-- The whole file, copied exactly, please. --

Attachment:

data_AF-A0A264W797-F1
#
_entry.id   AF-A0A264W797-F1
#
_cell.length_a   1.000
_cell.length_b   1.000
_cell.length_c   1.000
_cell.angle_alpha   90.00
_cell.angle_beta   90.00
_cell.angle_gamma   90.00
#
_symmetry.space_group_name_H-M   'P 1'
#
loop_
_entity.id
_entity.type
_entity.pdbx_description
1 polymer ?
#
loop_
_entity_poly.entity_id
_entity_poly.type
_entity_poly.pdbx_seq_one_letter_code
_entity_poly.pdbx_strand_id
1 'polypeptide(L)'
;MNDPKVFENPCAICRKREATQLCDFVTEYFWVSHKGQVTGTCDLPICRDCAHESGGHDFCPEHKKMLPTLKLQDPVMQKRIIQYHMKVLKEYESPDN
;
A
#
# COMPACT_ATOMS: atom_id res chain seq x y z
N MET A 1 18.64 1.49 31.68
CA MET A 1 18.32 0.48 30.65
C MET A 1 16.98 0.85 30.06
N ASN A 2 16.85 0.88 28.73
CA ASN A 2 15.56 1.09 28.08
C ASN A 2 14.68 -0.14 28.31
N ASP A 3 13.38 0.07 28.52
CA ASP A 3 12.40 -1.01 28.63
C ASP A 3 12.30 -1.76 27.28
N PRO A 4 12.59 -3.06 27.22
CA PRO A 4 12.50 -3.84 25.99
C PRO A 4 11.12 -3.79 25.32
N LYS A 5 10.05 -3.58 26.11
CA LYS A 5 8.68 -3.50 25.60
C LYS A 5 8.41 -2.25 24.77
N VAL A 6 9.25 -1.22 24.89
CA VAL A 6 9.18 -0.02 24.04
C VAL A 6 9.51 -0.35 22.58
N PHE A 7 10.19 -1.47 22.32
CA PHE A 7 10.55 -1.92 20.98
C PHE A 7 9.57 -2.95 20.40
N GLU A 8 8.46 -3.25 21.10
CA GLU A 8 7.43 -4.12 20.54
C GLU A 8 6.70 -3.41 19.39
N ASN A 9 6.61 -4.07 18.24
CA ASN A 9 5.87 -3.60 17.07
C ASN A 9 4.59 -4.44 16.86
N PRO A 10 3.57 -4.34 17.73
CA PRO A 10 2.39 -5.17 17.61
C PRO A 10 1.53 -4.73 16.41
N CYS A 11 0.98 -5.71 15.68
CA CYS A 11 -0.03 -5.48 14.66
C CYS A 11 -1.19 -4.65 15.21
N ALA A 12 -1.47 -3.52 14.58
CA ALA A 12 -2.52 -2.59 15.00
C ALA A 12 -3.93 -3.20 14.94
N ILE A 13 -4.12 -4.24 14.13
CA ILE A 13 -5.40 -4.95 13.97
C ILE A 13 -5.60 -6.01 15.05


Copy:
data_AF-A0A264W797-F1
#
_entry.id   AF-A0A264W797-F1
#
_cell.length_a   1.000
_cell.length_b   1.000
_cell.length_c   1.000
_cell.angle_alpha   90.00
_cell.angle_beta   90.00
_cell.angle_gamma   90.00
#
_symmetry.space_group_name_H-M   'P 1'
#
loop_
_entity.id
_entity.type
_entity.pdbx_description
1 polymer ?
#
loop_
_entity_poly.entity_id
_entity_poly.type
_entity_poly.pdbx_seq_one_letter_code
_entity_poly.pdbx_strand_id
1 'polypeptide(L)'
;MNDPKVFENPCAICRKREATQLCDFVTEYFWVSHKGQVTGTCDLPICRDCAHESGGHDFCPEHKKMLPTLKLQDPVMQKRIIQYHMKVLKEYESPDN
;
A
#
# COMPACT_ATOMS: atom_id res chain seq x y z
N MET A 1 18.64 1.49 31.68
CA MET A 1 18.32 0.48 30.65
C MET A 1 16.98 0.85 30.06
N ASN A 2 16.85 0.88 28.73
CA ASN A 2 15.56 1.09 28.08
C ASN A 2 14.68 -0.14 28.31
N ASP A 3 13.38 0.07 28.52
CA ASP A 3 12.40 -1.01 28.63
C ASP A 3 12.30 -1.76 27.28
N PRO A 4 12.59 -3.06 27.22
CA PRO A 4 12.50 -3.84 25.99
C PRO A 4 11.12 -3.79 25.32
N LYS A 5 10.05 -3.58 26.11
CA LYS A 5 8.68 -3.50 25.60
C LYS A 5 8.41 -2.25 24.77
N VAL A 6 9.25 -1.22 24.89
CA VAL A 6 9.18 -0.02 24.04
C VAL A 6 9.51 -0.35 22.58
N PHE A 7 10.19 -1.47 22.32
CA PHE A 7 10.55 -1.92 20.98
C PHE A 7 9.57 -2.95 20.40
N GLU A 8 8.46 -3.25 21.10
CA GLU A 8 7.43 -4.12 20.54
C GLU A 8 6.70 -3.41 19.39
N ASN A 9 6.61 -4.07 18.24
CA ASN A 9 5.87 -3.60 17.07
C ASN A 9 4.59 -4.44 16.86
N PRO A 10 3.57 -4.34 17.73
CA PRO A 10 2.39 -5.17 17.61
C PRO A 10 1.53 -4.73 16.41
N CYS A 11 0.98 -5.71 15.68
CA CYS A 11 -0.03 -5.48 14.66
C CYS A 11 -1.19 -4.65 15.21
N ALA A 12 -1.47 -3.52 14.58
CA ALA A 12 -2.52 -2.59 15.00
C ALA A 12 -3.93 -3.20 14.94
N ILE A 13 -4.12 -4.24 14.13
CA ILE A 13 -5.40 -4.95 13.97
C ILE A 13 -5.60 -6.01 15.05